The City of Minneapolis is gearing up for the Nov. 5 municipal election, which will be the city’s second election to use ranked-choice voting. Candidate filing for the election is now closed, so voters can see who will be on the ballot in November by visiting the elections website: vote.minneapolismn.gov.
As we get closer to the election, the City is working to remind folks how to use ranked-choice voting, as well as to make sure people know how to register to vote, how to find their polling place, and to answer any other questions folks have about voting.
Absentee voting begins Sept. 20 — request a ballot now
Voters who will not be able to vote at their polling place on Election Day are eligible to vote by absentee ballot. Voting absentee can be done in person at City Hall or entirely by mail. If a voter chooses to cast an absentee ballot in person, that can be done beginning September 20 during regular business hours, Monday through Friday from 8 am to 4:30 pm, or on the final two Saturdays before Election Day, Oct. 26 and Nov. 2, from 9 am to 4 pm.
To vote absentee by mail, voters may request a ballot now. Ballots will be mailed out beginning Sept. 20 and will include everything a voter needs to send back a completed ballot. Visit vote.minneapolismn.gov/voters/absentee for absentee ballot applications in multiple languages that can be printed out and mailed in to request a ballot.
Also online is a link to the Secretary of State’s absentee ballot lookup tool to follow the status of an absentee ballot that has been submitted. Voters who are not pre-registered can still vote absentee. If voting by mail, voter registration materials will be sent with the absentee ballot for voters who are not already registered.
This election uses ranked-choice voting
Minneapolis voters will use ranked-choice voting this fall to elect a mayor and members of the city council, Board of Estimate and Taxation, and Park and Recreation Board. Ranked-choice voting is used only for municipal elections in Minneapolis, but voters only need to remember a few things to ensure they are prepared for Election Day.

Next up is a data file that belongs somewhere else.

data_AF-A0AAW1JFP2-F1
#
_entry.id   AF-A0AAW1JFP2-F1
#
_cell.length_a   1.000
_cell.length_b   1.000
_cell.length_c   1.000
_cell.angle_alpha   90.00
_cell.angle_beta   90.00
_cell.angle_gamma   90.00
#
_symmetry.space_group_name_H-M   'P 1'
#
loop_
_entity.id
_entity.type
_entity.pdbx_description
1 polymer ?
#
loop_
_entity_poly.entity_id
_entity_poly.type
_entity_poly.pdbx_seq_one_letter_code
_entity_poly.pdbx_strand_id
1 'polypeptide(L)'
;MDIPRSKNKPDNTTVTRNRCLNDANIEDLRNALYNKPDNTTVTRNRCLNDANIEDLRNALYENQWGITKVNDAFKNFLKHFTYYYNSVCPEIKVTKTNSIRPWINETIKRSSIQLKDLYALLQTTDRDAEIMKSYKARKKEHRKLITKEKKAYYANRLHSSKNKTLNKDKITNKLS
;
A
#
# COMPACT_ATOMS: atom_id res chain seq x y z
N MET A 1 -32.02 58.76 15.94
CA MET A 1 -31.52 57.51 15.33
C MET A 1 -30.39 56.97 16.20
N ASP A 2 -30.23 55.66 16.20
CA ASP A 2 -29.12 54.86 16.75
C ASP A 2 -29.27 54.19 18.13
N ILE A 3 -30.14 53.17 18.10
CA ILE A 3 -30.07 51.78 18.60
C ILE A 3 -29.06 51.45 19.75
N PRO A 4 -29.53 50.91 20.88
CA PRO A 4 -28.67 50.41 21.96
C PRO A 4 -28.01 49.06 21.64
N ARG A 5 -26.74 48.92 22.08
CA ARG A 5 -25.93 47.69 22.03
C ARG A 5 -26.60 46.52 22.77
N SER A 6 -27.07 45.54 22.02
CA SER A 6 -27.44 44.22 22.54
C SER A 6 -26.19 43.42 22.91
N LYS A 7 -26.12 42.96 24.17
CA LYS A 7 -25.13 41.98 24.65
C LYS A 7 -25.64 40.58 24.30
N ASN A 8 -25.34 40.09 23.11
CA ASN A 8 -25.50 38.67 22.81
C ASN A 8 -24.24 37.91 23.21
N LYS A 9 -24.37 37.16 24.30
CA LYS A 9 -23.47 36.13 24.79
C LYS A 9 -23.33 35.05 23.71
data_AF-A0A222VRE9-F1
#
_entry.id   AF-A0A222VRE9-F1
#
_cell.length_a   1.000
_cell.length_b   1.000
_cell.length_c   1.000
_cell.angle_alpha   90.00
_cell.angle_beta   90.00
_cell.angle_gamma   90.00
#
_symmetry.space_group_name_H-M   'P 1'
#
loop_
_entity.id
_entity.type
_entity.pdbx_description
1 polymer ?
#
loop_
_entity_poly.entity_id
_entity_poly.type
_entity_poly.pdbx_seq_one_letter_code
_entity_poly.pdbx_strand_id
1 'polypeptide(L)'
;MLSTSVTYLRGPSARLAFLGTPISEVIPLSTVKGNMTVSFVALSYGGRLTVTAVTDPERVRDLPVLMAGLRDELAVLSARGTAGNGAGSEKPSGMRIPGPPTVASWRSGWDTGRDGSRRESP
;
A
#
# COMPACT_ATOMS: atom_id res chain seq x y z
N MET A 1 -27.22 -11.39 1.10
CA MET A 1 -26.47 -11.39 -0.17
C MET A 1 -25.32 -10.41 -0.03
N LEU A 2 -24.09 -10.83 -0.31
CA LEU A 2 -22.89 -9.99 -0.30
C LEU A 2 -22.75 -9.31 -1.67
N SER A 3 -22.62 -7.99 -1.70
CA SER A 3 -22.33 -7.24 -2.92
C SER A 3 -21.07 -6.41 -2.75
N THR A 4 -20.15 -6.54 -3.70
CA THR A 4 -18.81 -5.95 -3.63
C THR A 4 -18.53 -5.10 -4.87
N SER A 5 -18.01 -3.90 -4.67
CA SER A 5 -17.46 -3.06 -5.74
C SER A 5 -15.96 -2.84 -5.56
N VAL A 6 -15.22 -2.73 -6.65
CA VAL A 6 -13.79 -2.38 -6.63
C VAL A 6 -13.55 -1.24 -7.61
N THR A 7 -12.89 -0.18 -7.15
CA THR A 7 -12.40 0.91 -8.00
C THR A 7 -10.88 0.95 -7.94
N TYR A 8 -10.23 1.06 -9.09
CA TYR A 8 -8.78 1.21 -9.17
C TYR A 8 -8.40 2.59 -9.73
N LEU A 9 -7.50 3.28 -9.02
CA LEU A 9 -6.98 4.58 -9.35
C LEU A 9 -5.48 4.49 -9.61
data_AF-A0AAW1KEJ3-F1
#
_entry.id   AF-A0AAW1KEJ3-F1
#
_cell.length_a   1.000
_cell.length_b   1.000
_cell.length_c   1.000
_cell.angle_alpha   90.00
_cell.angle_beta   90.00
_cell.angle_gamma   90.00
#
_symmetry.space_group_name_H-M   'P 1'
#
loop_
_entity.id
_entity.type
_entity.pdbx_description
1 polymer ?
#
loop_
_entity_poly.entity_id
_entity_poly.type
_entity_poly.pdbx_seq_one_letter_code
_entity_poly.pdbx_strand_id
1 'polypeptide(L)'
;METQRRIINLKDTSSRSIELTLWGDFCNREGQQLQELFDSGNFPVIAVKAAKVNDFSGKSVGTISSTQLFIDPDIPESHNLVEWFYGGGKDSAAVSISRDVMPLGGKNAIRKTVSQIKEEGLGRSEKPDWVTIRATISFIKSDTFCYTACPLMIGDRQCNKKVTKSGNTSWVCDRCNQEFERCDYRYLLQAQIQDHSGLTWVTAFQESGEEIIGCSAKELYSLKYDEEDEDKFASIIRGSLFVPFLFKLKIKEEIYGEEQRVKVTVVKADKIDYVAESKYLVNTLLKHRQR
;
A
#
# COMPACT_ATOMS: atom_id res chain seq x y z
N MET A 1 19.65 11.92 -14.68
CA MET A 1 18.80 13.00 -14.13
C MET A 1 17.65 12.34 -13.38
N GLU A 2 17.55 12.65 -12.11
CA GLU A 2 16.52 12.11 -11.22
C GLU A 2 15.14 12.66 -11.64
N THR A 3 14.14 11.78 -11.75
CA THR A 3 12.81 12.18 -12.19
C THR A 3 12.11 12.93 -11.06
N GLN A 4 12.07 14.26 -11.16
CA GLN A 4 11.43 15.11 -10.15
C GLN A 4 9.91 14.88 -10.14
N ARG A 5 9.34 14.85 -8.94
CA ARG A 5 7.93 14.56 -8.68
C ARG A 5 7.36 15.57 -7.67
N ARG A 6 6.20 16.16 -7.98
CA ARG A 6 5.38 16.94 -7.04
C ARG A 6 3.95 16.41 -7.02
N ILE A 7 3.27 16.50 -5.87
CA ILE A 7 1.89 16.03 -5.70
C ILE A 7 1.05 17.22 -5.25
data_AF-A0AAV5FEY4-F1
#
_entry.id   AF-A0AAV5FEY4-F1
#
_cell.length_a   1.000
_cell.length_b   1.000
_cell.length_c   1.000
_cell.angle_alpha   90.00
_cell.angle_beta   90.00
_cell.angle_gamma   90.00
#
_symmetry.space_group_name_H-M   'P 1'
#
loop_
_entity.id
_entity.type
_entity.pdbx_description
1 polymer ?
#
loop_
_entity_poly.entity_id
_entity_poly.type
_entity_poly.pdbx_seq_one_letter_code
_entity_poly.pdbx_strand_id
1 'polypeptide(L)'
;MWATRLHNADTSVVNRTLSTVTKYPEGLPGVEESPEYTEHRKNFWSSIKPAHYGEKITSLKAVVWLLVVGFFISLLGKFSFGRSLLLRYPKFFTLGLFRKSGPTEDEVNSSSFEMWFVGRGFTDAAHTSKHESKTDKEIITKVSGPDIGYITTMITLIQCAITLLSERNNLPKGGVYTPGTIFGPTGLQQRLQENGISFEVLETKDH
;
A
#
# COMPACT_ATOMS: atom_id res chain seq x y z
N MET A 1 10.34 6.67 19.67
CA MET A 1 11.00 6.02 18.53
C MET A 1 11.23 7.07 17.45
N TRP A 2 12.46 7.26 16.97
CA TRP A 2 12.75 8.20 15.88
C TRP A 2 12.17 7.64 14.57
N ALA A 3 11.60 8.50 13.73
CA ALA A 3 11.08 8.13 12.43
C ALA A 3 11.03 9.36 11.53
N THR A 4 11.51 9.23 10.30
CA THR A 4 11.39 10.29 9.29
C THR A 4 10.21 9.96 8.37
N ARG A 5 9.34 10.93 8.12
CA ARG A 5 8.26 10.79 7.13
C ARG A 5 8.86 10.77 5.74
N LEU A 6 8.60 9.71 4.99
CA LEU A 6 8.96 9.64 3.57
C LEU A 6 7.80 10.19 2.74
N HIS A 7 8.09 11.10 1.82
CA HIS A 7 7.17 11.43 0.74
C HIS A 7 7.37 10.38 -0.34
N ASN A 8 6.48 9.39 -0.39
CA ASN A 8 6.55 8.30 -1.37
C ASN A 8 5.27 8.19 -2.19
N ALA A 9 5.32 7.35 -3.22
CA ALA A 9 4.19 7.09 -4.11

Voting on Nov. 5 is as easy as 1, 2, 3, especially with the help of the new elections website voters’ section at vote.minneapolismn.gov/voters.
Make sure you’re registered to vote
You can check your registration status or download a voter registration application on the website. Second, find out where to vote. Use the polling place finder to find your assigned polling place for voting. If you cannot get to your polling place on Election Day, fill out an application for an absentee ballot.
The third and final step to voting is completing your ballot. Just remember 1, 2, 3 again. Each ballot will have three columns, and you have the opportunity to rank up to three candidates in order of your preference for each office. You can learn more about ranked-choice voting by watching the videos on the website; videos are available in Spanish, Somali and Hmong.
Volunteers needed now to serve as ambassadors and election judges
Consider becoming part of a network of community volunteers who will provide resources and information about this year’s election directly to their friends and neighbors. Volunteers are needed now to serve in the inaugural class of Minneapolis Voter Ambassadors.
Training and materials will be provided, and being an ambassador can be as simple as talking to your friends and neighbors about the election on Nov. 5 and how ranked-choice voting works. Or, it can be more involved by taking opportunities to participate in special events and presentations designed to help ensure all Minneapolitans are election-ready.
Election judges are also needed to serve voters in local polling places. Serving as an election judge provides an opportunity to learn about the election process and is an important service to our community.
The City especially needs judges who are fluent in a second language to provide additional language support in the polling place, including Spanish, Somali, Hmong, Vietnamese, Oromo, Laotian, Russian, and American Sign Language. To find out more about either or both of these volunteer opportunities, please visit vote.min neapolismn.gov/volunteer or call 612-673-2296.
Information provided by the City of Minneapolis.